For this Abbott executive, solving problems isn’t enough: ‘We need to add value’


Abbott's Michael PedersonAs payers and providers across healthcare shift their focus to value-based care, leaders in the medical device industry are racing to keep up. Michael Pederson, SVP of cardiac arrhythmias and heart failure at Abbott, told why simply solving problems with new technology isn’t enough anymore.

What was your path like from electrical engineering to Abbott’s cardiac arrhythmia business?
Pederson: As an engineer, I’ve always been drawn to how technology can evolve and re-shape entire industries. In particular, health technology can fundamentally change the lives of people battling complex health conditions. Seeing new therapies or diagnostic tools go from the earliest stages of research and design and evolving into the products physicians and hospitals deploy to positively change the course of someone’s life never stops inspiring me.

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Hear Pederson talk about the future of cardiovascular tech at DeviceTalks Minnesota, June 4–5 in St. Paul.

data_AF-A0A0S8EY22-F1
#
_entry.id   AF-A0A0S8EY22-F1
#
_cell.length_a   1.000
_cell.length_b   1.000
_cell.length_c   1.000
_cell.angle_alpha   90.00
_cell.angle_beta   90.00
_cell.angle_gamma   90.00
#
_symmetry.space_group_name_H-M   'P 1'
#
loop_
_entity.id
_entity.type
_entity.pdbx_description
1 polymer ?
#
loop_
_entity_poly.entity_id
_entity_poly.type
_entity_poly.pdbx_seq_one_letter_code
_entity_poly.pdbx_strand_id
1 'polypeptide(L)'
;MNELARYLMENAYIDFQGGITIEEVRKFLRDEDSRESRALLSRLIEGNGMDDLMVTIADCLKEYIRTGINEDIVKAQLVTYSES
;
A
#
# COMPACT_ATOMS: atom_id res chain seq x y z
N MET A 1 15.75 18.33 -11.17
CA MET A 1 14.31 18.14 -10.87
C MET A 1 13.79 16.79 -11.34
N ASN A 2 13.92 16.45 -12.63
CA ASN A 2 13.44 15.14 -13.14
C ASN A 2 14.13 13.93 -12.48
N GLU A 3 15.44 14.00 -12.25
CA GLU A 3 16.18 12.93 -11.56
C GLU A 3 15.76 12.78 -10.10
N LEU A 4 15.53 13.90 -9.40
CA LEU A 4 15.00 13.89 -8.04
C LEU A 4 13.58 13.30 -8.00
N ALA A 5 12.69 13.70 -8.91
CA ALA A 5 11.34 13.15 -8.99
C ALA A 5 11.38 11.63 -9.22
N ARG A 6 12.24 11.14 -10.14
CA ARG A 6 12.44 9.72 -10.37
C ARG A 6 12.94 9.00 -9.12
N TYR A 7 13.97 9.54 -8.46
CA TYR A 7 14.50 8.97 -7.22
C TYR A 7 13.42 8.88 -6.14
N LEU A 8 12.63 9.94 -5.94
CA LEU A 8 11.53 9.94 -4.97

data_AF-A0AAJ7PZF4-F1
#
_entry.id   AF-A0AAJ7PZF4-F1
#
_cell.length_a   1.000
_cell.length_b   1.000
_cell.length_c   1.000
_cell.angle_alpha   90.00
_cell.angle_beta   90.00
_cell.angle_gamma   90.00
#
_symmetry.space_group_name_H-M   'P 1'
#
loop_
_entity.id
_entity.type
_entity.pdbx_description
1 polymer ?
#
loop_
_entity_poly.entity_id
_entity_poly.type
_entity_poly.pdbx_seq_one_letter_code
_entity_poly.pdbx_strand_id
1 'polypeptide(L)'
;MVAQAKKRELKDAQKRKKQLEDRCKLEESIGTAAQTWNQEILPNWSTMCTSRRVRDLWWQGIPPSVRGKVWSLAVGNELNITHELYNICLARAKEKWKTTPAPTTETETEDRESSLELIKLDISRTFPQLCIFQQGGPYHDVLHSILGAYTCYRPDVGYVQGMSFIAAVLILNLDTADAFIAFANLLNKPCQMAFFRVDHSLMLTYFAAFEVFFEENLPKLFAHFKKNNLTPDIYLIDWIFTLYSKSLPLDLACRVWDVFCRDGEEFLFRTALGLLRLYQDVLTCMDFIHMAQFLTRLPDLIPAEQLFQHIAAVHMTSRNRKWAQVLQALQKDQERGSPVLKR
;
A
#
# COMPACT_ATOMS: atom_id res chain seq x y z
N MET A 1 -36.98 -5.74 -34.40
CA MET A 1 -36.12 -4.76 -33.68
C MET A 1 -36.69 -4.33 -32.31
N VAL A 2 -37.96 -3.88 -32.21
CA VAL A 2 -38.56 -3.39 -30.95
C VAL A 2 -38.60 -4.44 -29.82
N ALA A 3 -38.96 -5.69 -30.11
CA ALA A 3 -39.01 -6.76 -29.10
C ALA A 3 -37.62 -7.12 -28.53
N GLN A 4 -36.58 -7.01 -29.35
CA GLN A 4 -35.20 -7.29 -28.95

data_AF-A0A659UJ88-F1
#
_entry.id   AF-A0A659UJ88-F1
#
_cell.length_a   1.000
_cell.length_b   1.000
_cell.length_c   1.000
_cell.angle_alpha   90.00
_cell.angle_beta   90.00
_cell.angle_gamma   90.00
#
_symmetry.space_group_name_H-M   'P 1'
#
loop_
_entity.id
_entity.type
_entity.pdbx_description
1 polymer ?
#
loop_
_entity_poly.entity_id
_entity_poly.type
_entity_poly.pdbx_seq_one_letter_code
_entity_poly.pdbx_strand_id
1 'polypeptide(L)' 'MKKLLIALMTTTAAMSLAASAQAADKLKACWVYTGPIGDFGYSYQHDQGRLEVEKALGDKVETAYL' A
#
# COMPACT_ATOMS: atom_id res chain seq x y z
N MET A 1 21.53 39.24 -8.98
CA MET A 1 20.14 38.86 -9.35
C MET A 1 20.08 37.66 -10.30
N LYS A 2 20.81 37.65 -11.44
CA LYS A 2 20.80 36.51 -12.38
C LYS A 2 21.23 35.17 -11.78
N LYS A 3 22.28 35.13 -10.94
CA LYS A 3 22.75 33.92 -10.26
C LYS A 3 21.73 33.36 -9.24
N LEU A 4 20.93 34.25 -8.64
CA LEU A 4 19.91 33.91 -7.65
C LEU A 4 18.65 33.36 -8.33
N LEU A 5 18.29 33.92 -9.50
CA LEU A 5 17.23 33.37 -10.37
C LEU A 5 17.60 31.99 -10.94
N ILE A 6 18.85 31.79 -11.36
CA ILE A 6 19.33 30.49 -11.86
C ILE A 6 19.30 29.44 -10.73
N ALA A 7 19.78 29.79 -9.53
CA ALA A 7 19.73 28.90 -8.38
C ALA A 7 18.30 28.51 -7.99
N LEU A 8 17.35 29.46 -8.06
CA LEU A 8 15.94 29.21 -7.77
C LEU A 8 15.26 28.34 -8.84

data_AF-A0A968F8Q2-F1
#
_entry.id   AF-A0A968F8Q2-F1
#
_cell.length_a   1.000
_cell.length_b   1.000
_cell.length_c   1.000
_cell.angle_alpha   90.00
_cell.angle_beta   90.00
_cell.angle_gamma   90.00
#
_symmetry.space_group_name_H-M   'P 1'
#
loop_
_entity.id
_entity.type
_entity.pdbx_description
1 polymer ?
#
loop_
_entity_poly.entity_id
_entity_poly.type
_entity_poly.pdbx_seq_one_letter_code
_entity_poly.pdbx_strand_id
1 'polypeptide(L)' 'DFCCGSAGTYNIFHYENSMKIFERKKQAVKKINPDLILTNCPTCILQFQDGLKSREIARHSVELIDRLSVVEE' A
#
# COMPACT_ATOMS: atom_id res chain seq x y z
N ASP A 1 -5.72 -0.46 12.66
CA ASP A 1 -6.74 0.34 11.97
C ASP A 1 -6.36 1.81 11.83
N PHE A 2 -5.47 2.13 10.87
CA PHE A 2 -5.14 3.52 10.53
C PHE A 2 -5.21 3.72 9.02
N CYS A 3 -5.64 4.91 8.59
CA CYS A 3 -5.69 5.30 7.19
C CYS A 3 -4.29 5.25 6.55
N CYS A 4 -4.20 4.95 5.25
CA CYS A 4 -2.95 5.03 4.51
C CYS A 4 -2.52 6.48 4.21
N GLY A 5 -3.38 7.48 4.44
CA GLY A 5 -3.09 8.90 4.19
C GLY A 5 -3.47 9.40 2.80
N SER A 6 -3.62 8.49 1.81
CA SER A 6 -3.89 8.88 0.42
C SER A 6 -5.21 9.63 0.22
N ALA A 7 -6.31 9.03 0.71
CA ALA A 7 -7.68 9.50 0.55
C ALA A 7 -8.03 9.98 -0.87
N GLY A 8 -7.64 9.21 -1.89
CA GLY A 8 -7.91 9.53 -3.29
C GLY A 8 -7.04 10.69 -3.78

Inside Hologic's evolving definition of women's healthcare

textadimage Steve MacMillan took over as CEO of Hologic in 2013, drawing on his experience at medtech titans like Stryker and Johnson & Johnson. Since then, Hologic has grown into a $3 billion business.

At DeviceTalks Boston, MacMillan will provide exclusive insights into the Massachusetts-based company and its evolving definition of women's healthcare. You don't want to miss it!


Use code WOMENSHEALTH to save an additional 10%.

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